Visits to the Halifax emergency department rise to ‘pre-COVID-19’ numbers

Visits to the Halifax emergency department rise to ‘pre-COVID-19’ numbers

The number of emergency department visits in Halifax is on the rise as cases of the novel coronavirus in the province remain low.

When the first reported cases of COVID-19 began trickling into Nova Scotia, the Halifax Infirmary emergency department had thorough screening protocols put into place to help reduce the risk of transmission for anyone who came through the doors.

But for the most part, those who weren’t in need of emergency care stayed home.

“Patients with lower acuity illness, or, injuries, probably stayed away from the emergency department because they didn’t want to be exposed to COVID-19,” said Dr. Janet MacIntyre, the chief of the Halifax Infirmary department.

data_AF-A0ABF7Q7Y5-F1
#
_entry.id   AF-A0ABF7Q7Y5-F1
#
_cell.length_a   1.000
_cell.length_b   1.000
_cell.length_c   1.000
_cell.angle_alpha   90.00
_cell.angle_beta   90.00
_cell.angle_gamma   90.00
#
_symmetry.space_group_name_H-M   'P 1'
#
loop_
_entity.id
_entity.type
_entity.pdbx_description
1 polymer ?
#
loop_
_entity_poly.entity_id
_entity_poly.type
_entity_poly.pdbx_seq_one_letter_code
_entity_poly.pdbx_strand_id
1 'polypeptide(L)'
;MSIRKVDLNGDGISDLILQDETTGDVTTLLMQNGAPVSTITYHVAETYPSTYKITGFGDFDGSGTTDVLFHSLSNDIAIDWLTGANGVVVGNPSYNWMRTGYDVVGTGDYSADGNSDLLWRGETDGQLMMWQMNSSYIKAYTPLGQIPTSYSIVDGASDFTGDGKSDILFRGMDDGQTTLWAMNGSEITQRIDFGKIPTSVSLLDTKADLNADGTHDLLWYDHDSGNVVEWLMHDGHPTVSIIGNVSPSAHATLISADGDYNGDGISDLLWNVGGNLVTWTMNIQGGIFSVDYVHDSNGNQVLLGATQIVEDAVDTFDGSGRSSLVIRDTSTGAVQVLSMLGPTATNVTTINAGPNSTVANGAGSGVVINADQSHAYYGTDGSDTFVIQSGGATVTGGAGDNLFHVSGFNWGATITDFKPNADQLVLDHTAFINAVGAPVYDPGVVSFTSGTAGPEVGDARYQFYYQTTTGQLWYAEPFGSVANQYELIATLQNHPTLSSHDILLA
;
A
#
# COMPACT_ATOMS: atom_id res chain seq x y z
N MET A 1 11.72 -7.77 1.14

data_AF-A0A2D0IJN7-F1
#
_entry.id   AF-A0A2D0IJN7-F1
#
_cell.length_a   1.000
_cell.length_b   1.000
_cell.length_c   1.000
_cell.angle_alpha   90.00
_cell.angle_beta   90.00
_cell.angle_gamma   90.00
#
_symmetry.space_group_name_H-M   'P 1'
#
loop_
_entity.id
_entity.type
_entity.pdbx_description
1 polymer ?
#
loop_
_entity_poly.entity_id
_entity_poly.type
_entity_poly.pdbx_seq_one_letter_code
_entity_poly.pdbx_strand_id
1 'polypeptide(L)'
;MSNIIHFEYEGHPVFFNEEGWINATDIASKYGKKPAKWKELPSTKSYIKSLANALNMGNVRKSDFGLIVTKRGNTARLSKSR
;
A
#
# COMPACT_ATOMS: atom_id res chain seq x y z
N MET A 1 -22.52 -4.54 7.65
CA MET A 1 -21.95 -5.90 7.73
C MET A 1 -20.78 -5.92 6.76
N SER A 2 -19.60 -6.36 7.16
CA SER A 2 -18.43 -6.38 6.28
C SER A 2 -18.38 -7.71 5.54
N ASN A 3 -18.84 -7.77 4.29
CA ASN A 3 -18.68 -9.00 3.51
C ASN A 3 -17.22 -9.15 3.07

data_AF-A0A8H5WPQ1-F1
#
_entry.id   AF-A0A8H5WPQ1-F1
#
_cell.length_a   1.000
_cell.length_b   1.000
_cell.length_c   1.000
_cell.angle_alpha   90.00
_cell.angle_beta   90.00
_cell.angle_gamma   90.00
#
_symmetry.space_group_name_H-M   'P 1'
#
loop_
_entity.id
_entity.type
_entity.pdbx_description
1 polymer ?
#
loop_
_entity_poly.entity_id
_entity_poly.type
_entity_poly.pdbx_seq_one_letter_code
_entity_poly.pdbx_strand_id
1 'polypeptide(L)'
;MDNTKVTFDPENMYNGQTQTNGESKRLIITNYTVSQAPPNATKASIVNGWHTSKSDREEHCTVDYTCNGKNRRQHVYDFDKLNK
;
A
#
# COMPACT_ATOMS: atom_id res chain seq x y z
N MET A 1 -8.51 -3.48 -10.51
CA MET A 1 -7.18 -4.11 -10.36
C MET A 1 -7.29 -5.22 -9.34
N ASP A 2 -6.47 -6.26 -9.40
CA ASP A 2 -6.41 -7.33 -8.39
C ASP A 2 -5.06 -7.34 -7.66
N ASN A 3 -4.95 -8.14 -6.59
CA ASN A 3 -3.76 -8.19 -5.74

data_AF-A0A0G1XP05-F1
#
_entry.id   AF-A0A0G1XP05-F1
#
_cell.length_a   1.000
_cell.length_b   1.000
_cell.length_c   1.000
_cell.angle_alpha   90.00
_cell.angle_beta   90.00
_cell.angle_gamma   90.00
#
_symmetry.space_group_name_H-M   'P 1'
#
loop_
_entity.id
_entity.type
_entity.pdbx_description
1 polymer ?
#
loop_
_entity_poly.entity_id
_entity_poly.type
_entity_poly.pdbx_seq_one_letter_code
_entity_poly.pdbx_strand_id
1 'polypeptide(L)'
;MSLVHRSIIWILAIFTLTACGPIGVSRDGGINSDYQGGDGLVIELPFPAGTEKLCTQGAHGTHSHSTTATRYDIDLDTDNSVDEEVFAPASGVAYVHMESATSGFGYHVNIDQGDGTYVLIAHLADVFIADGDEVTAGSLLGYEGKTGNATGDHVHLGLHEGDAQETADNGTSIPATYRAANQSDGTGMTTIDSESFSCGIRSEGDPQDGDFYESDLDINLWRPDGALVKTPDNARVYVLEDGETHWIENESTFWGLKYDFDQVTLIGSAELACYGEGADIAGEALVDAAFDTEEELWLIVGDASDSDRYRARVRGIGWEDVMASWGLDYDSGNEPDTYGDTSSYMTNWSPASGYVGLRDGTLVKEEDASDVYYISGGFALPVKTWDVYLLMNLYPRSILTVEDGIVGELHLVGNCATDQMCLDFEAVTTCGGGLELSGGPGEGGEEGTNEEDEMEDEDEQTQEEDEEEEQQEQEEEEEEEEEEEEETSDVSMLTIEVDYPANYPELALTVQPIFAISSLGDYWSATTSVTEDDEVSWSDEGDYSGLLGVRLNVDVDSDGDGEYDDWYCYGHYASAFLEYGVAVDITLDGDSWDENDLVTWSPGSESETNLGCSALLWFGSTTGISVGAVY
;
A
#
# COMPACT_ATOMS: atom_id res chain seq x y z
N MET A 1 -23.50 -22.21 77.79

“There’s also a significant change in our lifestyle.

“So, people weren’t out maybe doing some of the activities that they had done before, that might expose them to injury.”

Dr. Janet MacIntyre says the first wave of COVID-19 came with a significant reduction in low-acuity emergency department visits.

Alexa MacLean/Global Halifax

Dr. MacIntyre estimated there was between a 45 to 50 per cent reduction in daily emergency department visits.

However, there wasn’t much of a change in the number of visits for patients presenting significant illnesses or injuries.

“Our higher acuity patients, our sicker patients, were still coming to the emergency department. So, we didn’t have a drastic drop in that patient population. It seemed to be more of the lower acuity patients,” she said.
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